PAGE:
History of video games/Platforms/Nintendo Entertainment System
History[edit | edit source]
Development[edit | edit source]
The Famicom, and by extension the Nintendo Entertainment System, was proceeded by the Color TV-Game Series.
Following a decision by Nintendo President Hiroshi Yamauchi to reinvest profits from the Color TV Game and Game and watch systems into further game products, the Famicom was released in Japan on July 15, 1983 at a cost of 14,800 yen. Plans for the system originally called for a 16-bit CPU but a more economical 8-bit CPU was chosen. Nintendo was able to further optimize the cost of the CPU by placing a very large bulk order with Ricoh.
In 1983 Nintendo approached Atari about releasing their console in the USA, and agreed on it until a misunderstanding at CES 1983 sunk the deal.
Designer Lance Barr was charged with refining the design of the NES to make it appealing to American audiences while keeping costs low, ultimately creating an iconic design.
Launch[edit | edit source]
Now you're Playing with Power!—NES Slogan, 
In 1983 Nintendo released the Family Computer (Famicom) in Japan. They later released the similar Nintendo Entertainment System (NES) to international markets. The NES saw its American release in 1985, and European release in 1986. In the United States the NES was a dominant player in the market, and was so popular that it began to alter how people discussed gaming, with many people using the word "Nintendo" to describe video games in general for a time, even those not made by Nintendo. Fearing the word "Nintendo" might become a generic trademark, Nintendo promoted the word "Game Console" instead.
1983 also saw the launch of the Sharp Game Television (Also known as the Sharp Nintendo Television or as the Sharp C1 NES TV) which integrated a Famicom with a 19 inch TV costing 145,000 yen or a 14 inch TV that cost 93,000 yen.
Seal of Quality[edit | edit source]
To avoid negative associations with video game consoles following the video game crash of 1983, Nintendo used careful wording in its marketing to brand the NES as an "Entertainment" system, rather then a game console. To avoid a repeat of the poor quality games that caused the crash, Nintendo required licensed developers to limit game releases to two a year, as well as to censor overt depictions of gore and other sensitive subjects. These policies were a cause of friction between some developers and Nintendo.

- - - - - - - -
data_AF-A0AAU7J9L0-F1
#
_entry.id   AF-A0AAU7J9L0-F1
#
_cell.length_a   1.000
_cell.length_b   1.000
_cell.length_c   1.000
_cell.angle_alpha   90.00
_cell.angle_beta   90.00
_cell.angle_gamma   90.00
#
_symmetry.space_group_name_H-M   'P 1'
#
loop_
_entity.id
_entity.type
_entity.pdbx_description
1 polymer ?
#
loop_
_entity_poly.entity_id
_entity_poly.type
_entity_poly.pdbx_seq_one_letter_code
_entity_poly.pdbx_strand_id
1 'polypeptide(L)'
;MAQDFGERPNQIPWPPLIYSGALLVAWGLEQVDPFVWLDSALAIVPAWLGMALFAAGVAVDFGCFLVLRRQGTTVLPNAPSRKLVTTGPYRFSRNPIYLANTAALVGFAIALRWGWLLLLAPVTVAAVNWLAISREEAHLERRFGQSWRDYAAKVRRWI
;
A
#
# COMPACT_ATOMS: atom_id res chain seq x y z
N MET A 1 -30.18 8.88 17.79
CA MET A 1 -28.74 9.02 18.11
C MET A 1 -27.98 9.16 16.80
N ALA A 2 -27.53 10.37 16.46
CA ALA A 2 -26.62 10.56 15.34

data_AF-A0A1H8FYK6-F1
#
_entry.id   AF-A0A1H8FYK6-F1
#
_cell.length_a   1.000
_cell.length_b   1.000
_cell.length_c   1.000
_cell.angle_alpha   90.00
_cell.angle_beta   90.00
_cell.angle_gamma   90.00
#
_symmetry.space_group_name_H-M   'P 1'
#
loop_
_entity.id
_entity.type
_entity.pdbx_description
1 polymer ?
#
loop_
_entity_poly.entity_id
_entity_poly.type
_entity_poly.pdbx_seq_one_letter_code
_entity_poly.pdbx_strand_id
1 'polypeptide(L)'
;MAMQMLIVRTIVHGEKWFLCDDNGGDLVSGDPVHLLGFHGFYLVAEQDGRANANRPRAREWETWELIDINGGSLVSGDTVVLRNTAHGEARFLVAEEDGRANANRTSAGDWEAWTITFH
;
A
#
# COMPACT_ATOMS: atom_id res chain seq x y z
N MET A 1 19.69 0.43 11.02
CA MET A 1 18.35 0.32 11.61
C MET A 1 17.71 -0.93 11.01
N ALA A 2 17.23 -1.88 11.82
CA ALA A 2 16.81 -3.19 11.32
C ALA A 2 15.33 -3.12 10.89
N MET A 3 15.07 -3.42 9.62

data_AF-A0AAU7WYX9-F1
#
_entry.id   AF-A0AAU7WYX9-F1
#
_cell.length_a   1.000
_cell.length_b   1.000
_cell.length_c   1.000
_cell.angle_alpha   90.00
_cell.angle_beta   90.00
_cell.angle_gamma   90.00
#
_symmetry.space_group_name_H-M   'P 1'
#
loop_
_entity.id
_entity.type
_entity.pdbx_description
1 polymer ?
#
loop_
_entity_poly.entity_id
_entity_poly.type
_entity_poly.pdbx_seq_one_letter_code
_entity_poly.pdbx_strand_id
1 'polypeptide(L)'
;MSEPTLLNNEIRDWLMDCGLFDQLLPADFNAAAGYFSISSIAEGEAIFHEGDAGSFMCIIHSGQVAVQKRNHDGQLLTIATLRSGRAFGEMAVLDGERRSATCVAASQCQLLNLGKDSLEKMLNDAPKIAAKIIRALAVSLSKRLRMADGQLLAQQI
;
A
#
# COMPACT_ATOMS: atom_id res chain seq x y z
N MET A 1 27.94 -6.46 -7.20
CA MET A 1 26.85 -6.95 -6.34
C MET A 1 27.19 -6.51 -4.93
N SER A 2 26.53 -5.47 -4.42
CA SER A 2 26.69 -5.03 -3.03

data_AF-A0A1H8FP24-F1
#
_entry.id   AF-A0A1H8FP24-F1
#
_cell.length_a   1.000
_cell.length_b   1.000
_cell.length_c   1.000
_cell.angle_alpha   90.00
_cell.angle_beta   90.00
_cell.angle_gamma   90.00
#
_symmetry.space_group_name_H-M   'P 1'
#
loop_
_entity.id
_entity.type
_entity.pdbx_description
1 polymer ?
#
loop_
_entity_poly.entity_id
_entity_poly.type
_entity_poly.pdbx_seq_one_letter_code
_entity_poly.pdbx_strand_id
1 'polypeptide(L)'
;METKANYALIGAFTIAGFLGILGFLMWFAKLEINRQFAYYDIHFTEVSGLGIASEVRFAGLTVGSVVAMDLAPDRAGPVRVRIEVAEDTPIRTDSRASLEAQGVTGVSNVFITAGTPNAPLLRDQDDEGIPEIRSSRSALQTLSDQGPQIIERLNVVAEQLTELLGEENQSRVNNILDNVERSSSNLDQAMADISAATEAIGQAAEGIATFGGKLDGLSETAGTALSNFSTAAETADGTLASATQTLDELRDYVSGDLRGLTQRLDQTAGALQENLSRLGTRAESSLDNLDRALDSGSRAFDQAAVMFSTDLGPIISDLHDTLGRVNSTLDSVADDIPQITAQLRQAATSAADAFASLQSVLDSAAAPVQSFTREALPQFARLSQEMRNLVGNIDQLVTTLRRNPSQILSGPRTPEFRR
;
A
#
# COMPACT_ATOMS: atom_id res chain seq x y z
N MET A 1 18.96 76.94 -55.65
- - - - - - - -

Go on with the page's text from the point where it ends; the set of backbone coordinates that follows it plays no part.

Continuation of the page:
Later on in the system life, an Atari subsidiary would break the lockout protection used to enforce Nintendo's licensing, though this resulted in legal challenges. This inspired other companies to make their own bypass, though methods that used a charge pump or negative voltage spike could damage the system.
Smash hit[edit | edit source]
The NES had a limited United States of America launch in New York City and Los Angeles October 15th, 1985, with a nationwide release a year later. These first markets were picked to see if the NES could survive in difficult markets, and retailers were persuaded to carry the system by only needing to pay for systems sold, with unsold stock being fully returnable. The 1989 television show Captain N was used to promote Nintendo products.
The Famicom Tiler was jointly launched by Nintendo and Sharp in 1989 at a cost of 43,000 yen, and added video editing features and S-Video to improve screen captures for media outlets.
International Adoption[edit | edit source]